Recovering from an eating disorder is very hard work. It takes time, energy and effort. I took a semester off of school to take the time and commit my full attention on recovering and boy would I hate to see all that time and energy be a waste if I were to relapse. I was expressing my concern of relapsing to my nutritionist yesterday, when we were discussing me being ready to diverge off my meal plan and begin to eat more intuitively. “Rachel you are so petrified of relapsing”. Petrified seems like a strong word, but my nutritionist is right, I am petrified of relapsing, how would I ever be able to live with myself. I would become so angry and ashamed for allowing myself to go back to that dark place again. I can already imagine how I would feel, what I would think, what I would do if I opened the door once again to my eating disorder.
But should I really live my life in fear of something that hasn’t happened yet? No I should not spend being petrified of something that contrary to past beliefs, I have control over. I didn’t believe this for the longest time, but it is true I have the consciousness and control as to whether or not I engage in eating disorder behaviors. Every day I have a choice, every moment. When I was in my eating disorder I was petrified of weight gain, but now that I am in recovery I find myself petrified once again. I’m looking at relapse incorrectly. Of course relapsing is not something I should plan on but it is not something I should be petrified about. Being petrified is a form of extreme fear and fear causes panic. Part of eating disorder recovery is about getting back in touch with my wise mind. My wise mind tells me what I can do to lower by anxiety over relapsing.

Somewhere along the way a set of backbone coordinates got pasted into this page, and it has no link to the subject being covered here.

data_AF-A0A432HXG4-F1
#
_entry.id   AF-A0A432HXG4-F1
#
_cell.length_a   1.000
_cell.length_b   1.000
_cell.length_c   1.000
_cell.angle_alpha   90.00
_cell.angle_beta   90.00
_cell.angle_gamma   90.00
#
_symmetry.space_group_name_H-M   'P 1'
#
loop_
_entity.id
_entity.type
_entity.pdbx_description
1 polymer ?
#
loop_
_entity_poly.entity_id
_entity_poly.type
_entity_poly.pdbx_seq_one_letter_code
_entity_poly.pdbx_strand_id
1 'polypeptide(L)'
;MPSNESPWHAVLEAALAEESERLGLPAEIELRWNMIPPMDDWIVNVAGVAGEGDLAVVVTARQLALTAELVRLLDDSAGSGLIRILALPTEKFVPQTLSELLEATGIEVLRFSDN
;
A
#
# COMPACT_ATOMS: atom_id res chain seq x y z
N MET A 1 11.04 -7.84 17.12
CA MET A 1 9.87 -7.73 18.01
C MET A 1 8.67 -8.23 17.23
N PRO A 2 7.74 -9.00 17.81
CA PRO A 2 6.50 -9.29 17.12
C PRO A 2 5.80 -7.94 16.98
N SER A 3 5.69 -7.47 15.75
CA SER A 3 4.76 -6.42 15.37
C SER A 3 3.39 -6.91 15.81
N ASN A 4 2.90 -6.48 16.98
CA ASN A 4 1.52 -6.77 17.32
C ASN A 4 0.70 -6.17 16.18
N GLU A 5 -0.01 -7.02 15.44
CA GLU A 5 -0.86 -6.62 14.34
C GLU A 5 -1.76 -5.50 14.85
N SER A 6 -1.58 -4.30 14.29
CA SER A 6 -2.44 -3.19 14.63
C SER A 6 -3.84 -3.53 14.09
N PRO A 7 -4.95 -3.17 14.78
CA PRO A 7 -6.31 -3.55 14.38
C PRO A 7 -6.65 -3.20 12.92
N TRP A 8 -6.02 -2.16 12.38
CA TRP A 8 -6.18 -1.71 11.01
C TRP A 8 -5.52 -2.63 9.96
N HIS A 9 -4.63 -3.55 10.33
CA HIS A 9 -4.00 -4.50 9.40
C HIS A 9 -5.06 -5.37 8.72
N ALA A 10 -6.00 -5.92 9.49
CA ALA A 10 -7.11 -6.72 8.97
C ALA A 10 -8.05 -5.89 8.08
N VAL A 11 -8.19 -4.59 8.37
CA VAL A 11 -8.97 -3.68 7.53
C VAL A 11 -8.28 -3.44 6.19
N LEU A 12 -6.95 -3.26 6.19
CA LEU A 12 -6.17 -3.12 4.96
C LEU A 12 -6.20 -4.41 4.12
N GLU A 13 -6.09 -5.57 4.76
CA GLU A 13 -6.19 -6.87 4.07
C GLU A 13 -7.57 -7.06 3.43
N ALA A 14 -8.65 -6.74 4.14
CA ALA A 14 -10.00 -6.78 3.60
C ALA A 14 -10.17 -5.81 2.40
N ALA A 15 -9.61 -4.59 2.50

Create the worst case scenario of recovery: I relapse. But I would live. I’d learn from my mistakes once again. Practice makes perfect right? There’s not shame, eating disorders are a mental illness. They are sneaky, a coping skill, an odd form of “protection”. You wouldn’t be a failure. Life si messy, and yes relapsing would make it messier. But with every messy experience in life you learn from it.
Exploring the worst case scenario leads to acceptance. And acceptance feeds the wise mind peace and insight. Now coming up with worst case scenarios is not about expecting and acting as if the worst will happen. But rather it is a mind game, to help put things in perspective. panicking and being petrified are not going to get me any further away from a relapse, using my wise mind and my skills learned in treatment. Being aware and being mindful are the stepping stones to being recovered.